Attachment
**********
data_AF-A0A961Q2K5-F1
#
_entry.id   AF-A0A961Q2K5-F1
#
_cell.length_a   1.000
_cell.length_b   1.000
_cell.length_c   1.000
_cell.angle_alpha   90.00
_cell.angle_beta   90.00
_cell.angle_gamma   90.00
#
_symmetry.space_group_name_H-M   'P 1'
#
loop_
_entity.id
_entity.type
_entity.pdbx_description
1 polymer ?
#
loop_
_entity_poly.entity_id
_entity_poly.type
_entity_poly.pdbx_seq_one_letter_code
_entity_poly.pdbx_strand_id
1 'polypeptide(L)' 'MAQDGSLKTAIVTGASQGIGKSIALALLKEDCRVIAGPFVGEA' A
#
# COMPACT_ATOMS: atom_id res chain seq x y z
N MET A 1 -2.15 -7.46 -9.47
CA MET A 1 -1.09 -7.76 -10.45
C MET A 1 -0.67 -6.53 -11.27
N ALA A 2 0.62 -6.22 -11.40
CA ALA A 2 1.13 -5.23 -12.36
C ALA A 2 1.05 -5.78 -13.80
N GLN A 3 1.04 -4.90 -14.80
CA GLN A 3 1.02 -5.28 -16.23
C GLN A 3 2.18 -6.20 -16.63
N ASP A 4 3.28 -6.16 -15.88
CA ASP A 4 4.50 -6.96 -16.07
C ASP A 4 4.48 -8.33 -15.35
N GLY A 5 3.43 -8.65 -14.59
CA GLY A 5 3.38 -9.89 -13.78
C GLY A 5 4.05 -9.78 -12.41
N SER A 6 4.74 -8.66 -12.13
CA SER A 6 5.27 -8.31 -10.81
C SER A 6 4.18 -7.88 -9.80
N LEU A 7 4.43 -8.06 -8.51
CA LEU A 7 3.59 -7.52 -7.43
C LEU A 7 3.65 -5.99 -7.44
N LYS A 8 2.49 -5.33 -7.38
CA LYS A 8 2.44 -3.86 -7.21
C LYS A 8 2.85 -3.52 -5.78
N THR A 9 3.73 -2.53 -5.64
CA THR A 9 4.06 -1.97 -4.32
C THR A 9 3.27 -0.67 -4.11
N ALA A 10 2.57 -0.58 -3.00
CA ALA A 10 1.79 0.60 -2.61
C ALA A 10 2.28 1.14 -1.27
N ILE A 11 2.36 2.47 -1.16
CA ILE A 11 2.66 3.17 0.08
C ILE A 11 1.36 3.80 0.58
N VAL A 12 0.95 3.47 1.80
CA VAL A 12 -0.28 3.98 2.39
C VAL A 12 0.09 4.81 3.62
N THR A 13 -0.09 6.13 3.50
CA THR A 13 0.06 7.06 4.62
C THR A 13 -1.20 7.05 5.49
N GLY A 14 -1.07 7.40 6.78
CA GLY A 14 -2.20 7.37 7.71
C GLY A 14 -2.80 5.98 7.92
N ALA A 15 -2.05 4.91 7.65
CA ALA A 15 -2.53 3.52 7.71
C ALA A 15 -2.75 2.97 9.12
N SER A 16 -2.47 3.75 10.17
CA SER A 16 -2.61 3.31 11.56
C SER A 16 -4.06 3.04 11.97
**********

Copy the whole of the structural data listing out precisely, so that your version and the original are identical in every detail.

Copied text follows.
data_AF-A0A961Q2K5-F1
#
_entry.id   AF-A0A961Q2K5-F1
#
_cell.length_a   1.000
_cell.length_b   1.000
_cell.length_c   1.000
_cell.angle_alpha   90.00
_cell.angle_beta   90.00
_cell.angle_gamma   90.00
#
_symmetry.space_group_name_H-M   'P 1'
#
loop_
_entity.id
_entity.type
_entity.pdbx_description
1 polymer ?
#
loop_
_entity_poly.entity_id
_entity_poly.type
_entity_poly.pdbx_seq_one_letter_code
_entity_poly.pdbx_strand_id
1 'polypeptide(L)' 'MAQDGSLKTAIVTGASQGIGKSIALALLKEDCRVIAGPFVGEA' A
#
# COMPACT_ATOMS: atom_id res chain seq x y z
N MET A 1 -2.15 -7.46 -9.47
CA MET A 1 -1.09 -7.76 -10.45
C MET A 1 -0.67 -6.53 -11.27
N ALA A 2 0.62 -6.22 -11.40
CA ALA A 2 1.13 -5.23 -12.36
C ALA A 2 1.05 -5.78 -13.80
N GLN A 3 1.04 -4.90 -14.80
CA GLN A 3 1.02 -5.28 -16.23
C GLN A 3 2.18 -6.20 -16.63
N ASP A 4 3.28 -6.16 -15.88
CA ASP A 4 4.50 -6.96 -16.07
C ASP A 4 4.48 -8.33 -15.35
N GLY A 5 3.43 -8.65 -14.59
CA GLY A 5 3.38 -9.89 -13.78
C GLY A 5 4.05 -9.78 -12.41
N SER A 6 4.74 -8.66 -12.13
CA SER A 6 5.27 -8.31 -10.81
C SER A 6 4.18 -7.88 -9.80
N LEU A 7 4.43 -8.06 -8.51
CA LEU A 7 3.59 -7.52 -7.43
C LEU A 7 3.65 -5.99 -7.44
N LYS A 8 2.49 -5.33 -7.38
CA LYS A 8 2.44 -3.86 -7.21
C LYS A 8 2.85 -3.52 -5.78
N THR A 9 3.73 -2.53 -5.64
CA THR A 9 4.06 -1.97 -4.32
C THR A 9 3.27 -0.67 -4.11
N ALA A 10 2.57 -0.58 -3.00
CA ALA A 10 1.79 0.60 -2.61
C ALA A 10 2.28 1.14 -1.27
N ILE A 11 2.36 2.47 -1.16
CA ILE A 11 2.66 3.17 0.08
C ILE A 11 1.36 3.80 0.58
N VAL A 12 0.95 3.47 1.80
CA VAL A 12 -0.28 3.98 2.39
C VAL A 12 0.09 4.81 3.62
N THR A 13 -0.09 6.13 3.50
CA THR A 13 0.06 7.06 4.62
C THR A 13 -1.20 7.05 5.49
N GLY A 14 -1.07 7.40 6.78
CA GLY A 14 -2.20 7.37 7.71
C GLY A 14 -2.80 5.98 7.92
N ALA A 15 -2.05 4.91 7.65
CA ALA A 15 -2.53 3.52 7.71
C ALA A 15 -2.75 2.97 9.12
N SER A 16 -2.47 3.75 10.17
CA SER A 16 -2.61 3.31 11.56
C SER A 16 -4.06 3.04 11.97